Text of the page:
The typical noise of civilization is gone. It’s a warm sunny day, and all I can hear is the chattering of nature without any other distractions. Very powerful stuff. Usually when you try to “drop out and unplug,” there always seems to be interference from the outside world. I gloried in the cathedral of nature. Walking back to the beach, I see “Willie” waiting on a rock with his guitar. I know it wasn’t posed but it almost looked like an album cover for “Willie Nelson Goes North.”
Maybe the universe sensed my thoughts were drifting back toward civilization as it decided to send me a message in a bottle. It floated up to the shore in the form of a volleyball with “Japan Volleyball Association” stamped on it, accompanied by Japanese soda bottles. It was clearly debris from that terrible tsunami that tragically hit Japan in March of 2011.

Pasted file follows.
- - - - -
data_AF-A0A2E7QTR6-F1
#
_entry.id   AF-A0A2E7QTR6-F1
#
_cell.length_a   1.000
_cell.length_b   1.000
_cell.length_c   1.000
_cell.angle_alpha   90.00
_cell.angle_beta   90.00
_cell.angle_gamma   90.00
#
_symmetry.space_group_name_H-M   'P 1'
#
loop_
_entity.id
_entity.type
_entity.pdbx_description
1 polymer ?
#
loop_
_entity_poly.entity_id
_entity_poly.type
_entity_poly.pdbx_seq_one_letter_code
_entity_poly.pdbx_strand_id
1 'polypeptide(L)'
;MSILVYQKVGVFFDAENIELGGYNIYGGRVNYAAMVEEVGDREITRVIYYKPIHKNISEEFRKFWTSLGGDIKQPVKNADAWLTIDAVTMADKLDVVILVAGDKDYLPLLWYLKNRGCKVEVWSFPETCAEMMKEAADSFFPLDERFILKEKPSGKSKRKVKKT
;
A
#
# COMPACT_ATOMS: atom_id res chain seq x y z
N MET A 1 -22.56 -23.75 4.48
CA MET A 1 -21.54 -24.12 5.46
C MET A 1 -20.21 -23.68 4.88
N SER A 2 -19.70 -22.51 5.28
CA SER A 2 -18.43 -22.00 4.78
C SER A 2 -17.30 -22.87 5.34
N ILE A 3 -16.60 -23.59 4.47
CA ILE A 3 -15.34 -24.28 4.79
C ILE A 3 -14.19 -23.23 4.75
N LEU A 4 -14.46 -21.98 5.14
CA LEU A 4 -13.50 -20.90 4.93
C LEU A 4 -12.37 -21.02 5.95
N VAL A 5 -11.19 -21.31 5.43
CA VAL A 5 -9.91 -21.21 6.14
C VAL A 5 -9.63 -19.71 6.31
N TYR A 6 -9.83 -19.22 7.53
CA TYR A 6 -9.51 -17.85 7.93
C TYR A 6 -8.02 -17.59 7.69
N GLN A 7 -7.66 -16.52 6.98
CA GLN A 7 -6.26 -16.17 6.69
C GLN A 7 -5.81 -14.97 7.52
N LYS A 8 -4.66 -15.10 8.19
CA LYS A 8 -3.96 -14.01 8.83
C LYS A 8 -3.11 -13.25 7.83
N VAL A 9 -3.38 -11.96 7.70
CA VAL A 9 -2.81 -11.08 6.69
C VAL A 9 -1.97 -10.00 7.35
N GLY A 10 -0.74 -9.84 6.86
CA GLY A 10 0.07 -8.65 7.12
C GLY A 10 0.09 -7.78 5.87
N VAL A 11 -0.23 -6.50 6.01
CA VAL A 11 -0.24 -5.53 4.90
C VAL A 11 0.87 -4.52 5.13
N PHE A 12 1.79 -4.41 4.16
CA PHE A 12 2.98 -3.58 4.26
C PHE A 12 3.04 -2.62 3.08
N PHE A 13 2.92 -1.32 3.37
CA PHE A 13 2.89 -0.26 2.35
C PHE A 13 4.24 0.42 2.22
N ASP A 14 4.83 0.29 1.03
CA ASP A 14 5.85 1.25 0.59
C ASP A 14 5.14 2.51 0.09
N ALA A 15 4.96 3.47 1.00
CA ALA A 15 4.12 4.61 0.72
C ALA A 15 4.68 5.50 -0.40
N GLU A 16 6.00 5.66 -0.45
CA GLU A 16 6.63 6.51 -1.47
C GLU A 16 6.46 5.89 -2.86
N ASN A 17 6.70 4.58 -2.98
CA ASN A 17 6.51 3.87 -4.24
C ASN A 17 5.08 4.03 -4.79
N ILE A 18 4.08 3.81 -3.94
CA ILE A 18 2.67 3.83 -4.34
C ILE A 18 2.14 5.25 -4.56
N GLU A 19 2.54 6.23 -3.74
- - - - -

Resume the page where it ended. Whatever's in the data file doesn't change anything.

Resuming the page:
As I turned the volleyball in my hand on this isolated beachhead, several distinct cultures were brought together in an instant. Debris from Japan, a philosopher from Germany, an American adventurer, and a Haida Watchman.
I reflected on the Haida people’s creed that “all things are connected.” At this moment, I could see the wisdom of their words. In a world where we consider connectivity based on Wi-Fi hubs or hot spots, sometimes all it takes is sitting on a beach in a remote Pacific Island and finding a message in a bottle.